‘Break The Silence. Beat Eating Disorders.’
This week is eating disorders Awareness Week and the theme, as you may have guessed, is speaking out and breaking the silence caused by stigma and shame surrounding eating disorders.
In the run up to this week, Beat, the UK’s leading ED charity conducted a study into those directly affected with eating disorders and the results are shocking.
- 58% didn’t tell anyone about their eating disorder because they didn’t know how to talk about it
- 65% waited for more than 6 months before confiding in someone
- 87% of those surveyed did not contact a healthcare professional when they first realised they had a problem
Beat’s call to action:
We want people to speak up about eating disorders. We all need to break the silence early so that sufferers get the treatment they so desperately need. No-one should face an eating disorder on their own.
Here are a few thoughts of my own on ‘Breaking the Silence’.
Nothing is more crippling than living every moment of every day with the weight of carrying your biggest secret around with you. You’re scared to tell anyone because you’ve kept it to yourself for so long; it’s all yours now and nobody else needs to know. You’re ashamed; what will people think of you? That you’re less of a person somehow? They’ll lose respect for you; think you’re not capable of doing what you’re supposed to do? You don’t want their sympathy; you don’t deserve it. You don’t want them to worry, don’t want to be a burden. They might see it as a weakness; can’t have that.
Some may be envious of your determination and power over basic human needs. You’re a bit thin you still need to work on it – how could anyone be jealous of that body? What if they think you’re a fraud? What if you bite the bullet, open up and they don’t believe you? You don’t really look thin enough or ill enough to have a proper eating disorder anyway. Maybe just leave it a while. Your pain only matters to you. Why should anyone else care? You should be ashamed of yourself for even thinking of telling anyone. That’s the one… shame.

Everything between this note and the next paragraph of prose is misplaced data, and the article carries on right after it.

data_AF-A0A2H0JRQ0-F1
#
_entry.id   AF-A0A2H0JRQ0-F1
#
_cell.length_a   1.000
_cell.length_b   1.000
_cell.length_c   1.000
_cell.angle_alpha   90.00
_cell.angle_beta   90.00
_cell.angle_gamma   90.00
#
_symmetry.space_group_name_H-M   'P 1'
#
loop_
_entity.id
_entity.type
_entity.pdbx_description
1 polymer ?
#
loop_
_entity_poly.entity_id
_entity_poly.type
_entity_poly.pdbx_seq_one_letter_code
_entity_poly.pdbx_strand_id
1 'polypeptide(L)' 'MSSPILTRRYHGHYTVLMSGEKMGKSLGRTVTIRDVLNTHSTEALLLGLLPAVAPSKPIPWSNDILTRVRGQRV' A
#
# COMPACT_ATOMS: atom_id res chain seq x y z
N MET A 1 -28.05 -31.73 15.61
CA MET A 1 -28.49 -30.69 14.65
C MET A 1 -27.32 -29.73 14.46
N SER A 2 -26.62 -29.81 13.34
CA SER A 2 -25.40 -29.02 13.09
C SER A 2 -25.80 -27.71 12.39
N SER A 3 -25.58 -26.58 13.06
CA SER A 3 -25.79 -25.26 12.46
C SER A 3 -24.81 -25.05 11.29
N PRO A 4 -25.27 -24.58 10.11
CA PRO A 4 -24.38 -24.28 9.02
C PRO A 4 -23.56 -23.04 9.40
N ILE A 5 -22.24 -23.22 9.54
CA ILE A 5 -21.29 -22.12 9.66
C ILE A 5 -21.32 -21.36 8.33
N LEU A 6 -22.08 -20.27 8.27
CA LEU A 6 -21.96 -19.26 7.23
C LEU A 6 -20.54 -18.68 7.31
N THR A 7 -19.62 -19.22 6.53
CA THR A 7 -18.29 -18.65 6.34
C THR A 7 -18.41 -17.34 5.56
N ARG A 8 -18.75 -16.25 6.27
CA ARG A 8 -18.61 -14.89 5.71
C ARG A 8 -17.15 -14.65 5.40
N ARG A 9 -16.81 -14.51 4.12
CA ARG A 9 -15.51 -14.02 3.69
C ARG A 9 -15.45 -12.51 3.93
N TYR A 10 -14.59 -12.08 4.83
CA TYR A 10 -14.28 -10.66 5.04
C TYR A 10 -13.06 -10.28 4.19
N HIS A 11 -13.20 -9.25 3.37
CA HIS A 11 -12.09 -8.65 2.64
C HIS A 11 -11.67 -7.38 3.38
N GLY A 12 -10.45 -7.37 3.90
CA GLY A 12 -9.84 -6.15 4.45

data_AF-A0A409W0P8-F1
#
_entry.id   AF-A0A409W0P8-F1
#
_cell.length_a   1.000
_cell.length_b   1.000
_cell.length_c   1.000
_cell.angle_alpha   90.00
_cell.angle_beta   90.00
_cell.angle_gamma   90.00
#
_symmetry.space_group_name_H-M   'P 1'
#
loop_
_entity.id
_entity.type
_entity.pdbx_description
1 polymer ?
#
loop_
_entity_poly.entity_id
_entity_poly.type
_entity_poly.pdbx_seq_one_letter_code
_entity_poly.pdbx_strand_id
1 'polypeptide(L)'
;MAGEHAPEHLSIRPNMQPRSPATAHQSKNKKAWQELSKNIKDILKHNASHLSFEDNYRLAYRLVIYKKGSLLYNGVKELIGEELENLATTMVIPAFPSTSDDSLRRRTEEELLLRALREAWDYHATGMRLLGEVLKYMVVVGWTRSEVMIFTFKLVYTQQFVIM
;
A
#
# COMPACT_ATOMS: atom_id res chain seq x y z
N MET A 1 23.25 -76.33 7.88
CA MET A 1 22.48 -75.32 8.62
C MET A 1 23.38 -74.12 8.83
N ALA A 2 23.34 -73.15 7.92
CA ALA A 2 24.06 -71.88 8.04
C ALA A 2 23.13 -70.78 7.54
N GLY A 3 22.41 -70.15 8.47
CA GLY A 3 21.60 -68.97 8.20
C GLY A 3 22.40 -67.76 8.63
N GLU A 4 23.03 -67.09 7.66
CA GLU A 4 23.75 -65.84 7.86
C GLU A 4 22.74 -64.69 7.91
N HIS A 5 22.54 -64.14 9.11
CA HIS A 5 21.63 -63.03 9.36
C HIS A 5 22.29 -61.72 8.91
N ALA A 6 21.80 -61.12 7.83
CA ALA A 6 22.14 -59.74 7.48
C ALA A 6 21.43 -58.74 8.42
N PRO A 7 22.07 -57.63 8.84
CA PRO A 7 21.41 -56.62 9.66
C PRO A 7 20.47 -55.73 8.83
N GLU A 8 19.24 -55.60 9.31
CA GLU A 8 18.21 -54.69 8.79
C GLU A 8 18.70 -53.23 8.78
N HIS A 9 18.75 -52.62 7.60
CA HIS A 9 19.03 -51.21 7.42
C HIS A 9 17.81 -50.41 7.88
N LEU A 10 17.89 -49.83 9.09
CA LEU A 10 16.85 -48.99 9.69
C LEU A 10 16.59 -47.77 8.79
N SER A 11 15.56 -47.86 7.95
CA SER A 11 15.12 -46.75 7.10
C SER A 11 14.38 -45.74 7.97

When you are in the grips of an Eating Disorder, there are innumerous reasons and excuses to keep it as your dirty little secret. I rattled through just a few of them. Anorexia, Bulimia, Binge-Eating Disorder and other less well-known EDs are almost always cloaked in secretive behaviours, deception and lies. Stigma and shame fuel that point blank refusal to give in; the grip of the illness becomes tighter, digging its heels and worming its way further into your already screwed up, exhausted brain. The sooner this cycle is broken, the better.
Speaking out, though, is so much easier said than done. There are so many ‘what ifs’, and once you manage to work your way around those, you have to work out who to tell, when to tell them, how to tell them, why you’re telling them…
It’s such a complex process. I’m relieved I have a whole week to break it down.
If you have concerns about yourself or others, speak to your GP or contact Beat for information and support.
Throughout the week, I will be blogging away about my own experiences and whatever else comes into my head, but I also want to hear from you. If there is anything you want to ask about eating disorders, the work of Beat Charity or about little old me, then I will answer all your questions as best as I can. Either comment on here or through Twitter to @ilonacatherineTagged in: anorexia, Binge-Eating Disorder, bullimia, Eating Disorders Awareness Week, health
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